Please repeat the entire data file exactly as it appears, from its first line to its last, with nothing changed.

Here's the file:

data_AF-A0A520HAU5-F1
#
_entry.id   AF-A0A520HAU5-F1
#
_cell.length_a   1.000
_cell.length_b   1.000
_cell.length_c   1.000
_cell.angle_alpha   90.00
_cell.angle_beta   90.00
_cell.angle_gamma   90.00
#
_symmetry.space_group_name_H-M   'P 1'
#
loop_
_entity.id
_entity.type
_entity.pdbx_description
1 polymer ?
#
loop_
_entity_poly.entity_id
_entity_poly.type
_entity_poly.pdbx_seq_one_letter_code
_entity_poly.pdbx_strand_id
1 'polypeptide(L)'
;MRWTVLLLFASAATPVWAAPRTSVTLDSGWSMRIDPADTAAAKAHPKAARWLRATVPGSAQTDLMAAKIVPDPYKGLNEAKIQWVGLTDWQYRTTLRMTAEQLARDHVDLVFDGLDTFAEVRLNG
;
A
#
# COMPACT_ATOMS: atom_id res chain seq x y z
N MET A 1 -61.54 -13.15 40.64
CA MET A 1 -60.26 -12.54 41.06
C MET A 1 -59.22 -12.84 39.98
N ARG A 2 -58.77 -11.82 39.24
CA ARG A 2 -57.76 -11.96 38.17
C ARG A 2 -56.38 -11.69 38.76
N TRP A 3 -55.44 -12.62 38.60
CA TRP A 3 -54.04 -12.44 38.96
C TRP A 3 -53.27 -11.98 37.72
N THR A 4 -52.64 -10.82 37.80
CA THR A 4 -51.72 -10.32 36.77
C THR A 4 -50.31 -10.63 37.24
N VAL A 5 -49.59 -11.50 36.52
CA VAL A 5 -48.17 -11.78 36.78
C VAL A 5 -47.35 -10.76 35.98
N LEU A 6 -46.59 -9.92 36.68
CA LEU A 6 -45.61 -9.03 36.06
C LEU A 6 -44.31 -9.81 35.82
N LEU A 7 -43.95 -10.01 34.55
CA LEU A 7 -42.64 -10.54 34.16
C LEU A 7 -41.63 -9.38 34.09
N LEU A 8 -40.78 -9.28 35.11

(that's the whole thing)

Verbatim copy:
data_AF-A0A520HAU5-F1
#
_entry.id   AF-A0A520HAU5-F1
#
_cell.length_a   1.000
_cell.length_b   1.000
_cell.length_c   1.000
_cell.angle_alpha   90.00
_cell.angle_beta   90.00
_cell.angle_gamma   90.00
#
_symmetry.space_group_name_H-M   'P 1'
#
loop_
_entity.id
_entity.type
_entity.pdbx_description
1 polymer ?
#
loop_
_entity_poly.entity_id
_entity_poly.type
_entity_poly.pdbx_seq_one_letter_code
_entity_poly.pdbx_strand_id
1 'polypeptide(L)'
;MRWTVLLLFASAATPVWAAPRTSVTLDSGWSMRIDPADTAAAKAHPKAARWLRATVPGSAQTDLMAAKIVPDPYKGLNEAKIQWVGLTDWQYRTTLRMTAEQLARDHVDLVFDGLDTFAEVRLNG
;
A
#
# COMPACT_ATOMS: atom_id res chain seq x y z
N MET A 1 -61.54 -13.15 40.64
CA MET A 1 -60.26 -12.54 41.06
C MET A 1 -59.22 -12.84 39.98
N ARG A 2 -58.77 -11.82 39.24
CA ARG A 2 -57.76 -11.96 38.17
C ARG A 2 -56.38 -11.69 38.76
N TRP A 3 -55.44 -12.62 38.60
CA TRP A 3 -54.04 -12.44 38.96
C TRP A 3 -53.27 -11.98 37.72
N THR A 4 -52.64 -10.82 37.80
CA THR A 4 -51.72 -10.32 36.77
C THR A 4 -50.31 -10.63 37.24
N VAL A 5 -49.59 -11.50 36.52
CA VAL A 5 -48.17 -11.78 36.78
C VAL A 5 -47.35 -10.76 35.98
N LEU A 6 -46.59 -9.92 36.68
CA LEU A 6 -45.61 -9.03 36.06
C LEU A 6 -44.31 -9.81 35.82
N LEU A 7 -43.95 -10.01 34.55
CA LEU A 7 -42.64 -10.54 34.16
C LEU A 7 -41.63 -9.38 34.09
N LEU A 8 -40.78 -9.28 35.11